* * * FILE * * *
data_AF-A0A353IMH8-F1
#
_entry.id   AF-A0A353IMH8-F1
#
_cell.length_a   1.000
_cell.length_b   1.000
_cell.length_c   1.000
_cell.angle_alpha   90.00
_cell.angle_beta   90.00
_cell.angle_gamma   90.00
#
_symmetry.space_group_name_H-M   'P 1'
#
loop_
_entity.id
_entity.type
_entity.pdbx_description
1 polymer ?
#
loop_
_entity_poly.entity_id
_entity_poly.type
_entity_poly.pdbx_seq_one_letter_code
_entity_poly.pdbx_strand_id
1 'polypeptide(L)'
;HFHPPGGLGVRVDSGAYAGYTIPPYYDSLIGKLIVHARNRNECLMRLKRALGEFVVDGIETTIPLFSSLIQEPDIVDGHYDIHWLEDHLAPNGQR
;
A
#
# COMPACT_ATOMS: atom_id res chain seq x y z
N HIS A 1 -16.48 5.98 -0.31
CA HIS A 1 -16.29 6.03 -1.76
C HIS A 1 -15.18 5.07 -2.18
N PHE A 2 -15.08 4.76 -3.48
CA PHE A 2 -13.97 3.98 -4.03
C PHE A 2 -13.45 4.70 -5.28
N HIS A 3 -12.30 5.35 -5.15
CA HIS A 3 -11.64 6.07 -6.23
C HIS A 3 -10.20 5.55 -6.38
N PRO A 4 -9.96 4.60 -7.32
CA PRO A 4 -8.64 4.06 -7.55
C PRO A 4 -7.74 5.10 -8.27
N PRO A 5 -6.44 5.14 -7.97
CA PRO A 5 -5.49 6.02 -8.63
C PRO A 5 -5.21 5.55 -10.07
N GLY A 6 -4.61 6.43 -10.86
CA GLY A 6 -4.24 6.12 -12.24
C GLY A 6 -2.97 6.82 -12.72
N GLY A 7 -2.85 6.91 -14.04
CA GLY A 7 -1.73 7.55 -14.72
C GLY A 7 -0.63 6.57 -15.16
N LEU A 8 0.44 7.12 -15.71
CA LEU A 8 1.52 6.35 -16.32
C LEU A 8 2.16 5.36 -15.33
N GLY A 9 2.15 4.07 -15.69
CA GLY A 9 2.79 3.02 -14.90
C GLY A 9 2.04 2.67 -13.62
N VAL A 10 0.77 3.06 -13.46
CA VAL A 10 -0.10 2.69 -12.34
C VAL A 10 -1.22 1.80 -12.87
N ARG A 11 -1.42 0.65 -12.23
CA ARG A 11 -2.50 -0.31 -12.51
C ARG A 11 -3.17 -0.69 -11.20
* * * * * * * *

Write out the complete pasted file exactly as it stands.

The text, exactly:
data_AF-A0A353IMH8-F1
#
_entry.id   AF-A0A353IMH8-F1
#
_cell.length_a   1.000
_cell.length_b   1.000
_cell.length_c   1.000
_cell.angle_alpha   90.00
_cell.angle_beta   90.00
_cell.angle_gamma   90.00
#
_symmetry.space_group_name_H-M   'P 1'
#
loop_
_entity.id
_entity.type
_entity.pdbx_description
1 polymer ?
#
loop_
_entity_poly.entity_id
_entity_poly.type
_entity_poly.pdbx_seq_one_letter_code
_entity_poly.pdbx_strand_id
1 'polypeptide(L)'
;HFHPPGGLGVRVDSGAYAGYTIPPYYDSLIGKLIVHARNRNECLMRLKRALGEFVVDGIETTIPLFSSLIQEPDIVDGHYDIHWLEDHLAPNGQR
;
A
#
# COMPACT_ATOMS: atom_id res chain seq x y z
N HIS A 1 -16.48 5.98 -0.31
CA HIS A 1 -16.29 6.03 -1.76
C HIS A 1 -15.18 5.07 -2.18
N PHE A 2 -15.08 4.76 -3.48
CA PHE A 2 -13.97 3.98 -4.03
C PHE A 2 -13.45 4.70 -5.28
N HIS A 3 -12.30 5.35 -5.15
CA HIS A 3 -11.64 6.07 -6.23
C HIS A 3 -10.20 5.55 -6.38
N PRO A 4 -9.96 4.60 -7.32
CA PRO A 4 -8.64 4.06 -7.55
C PRO A 4 -7.74 5.10 -8.27
N PRO A 5 -6.44 5.14 -7.97
CA PRO A 5 -5.49 6.02 -8.63
C PRO A 5 -5.21 5.55 -10.07
N GLY A 6 -4.61 6.43 -10.86
CA GLY A 6 -4.24 6.12 -12.24
C GLY A 6 -2.97 6.82 -12.72
N GLY A 7 -2.85 6.91 -14.04
CA GLY A 7 -1.73 7.55 -14.72
C GLY A 7 -0.63 6.57 -15.16
N LEU A 8 0.44 7.12 -15.71
CA LEU A 8 1.52 6.35 -16.32
C LEU A 8 2.16 5.36 -15.33
N GLY A 9 2.15 4.07 -15.69
CA GLY A 9 2.79 3.02 -14.90
C GLY A 9 2.04 2.67 -13.62
N VAL A 10 0.77 3.06 -13.46
CA VAL A 10 -0.10 2.69 -12.34
C VAL A 10 -1.22 1.80 -12.87
N ARG A 11 -1.42 0.65 -12.23
CA ARG A 11 -2.50 -0.31 -12.51
C ARG A 11 -3.17 -0.69 -11.20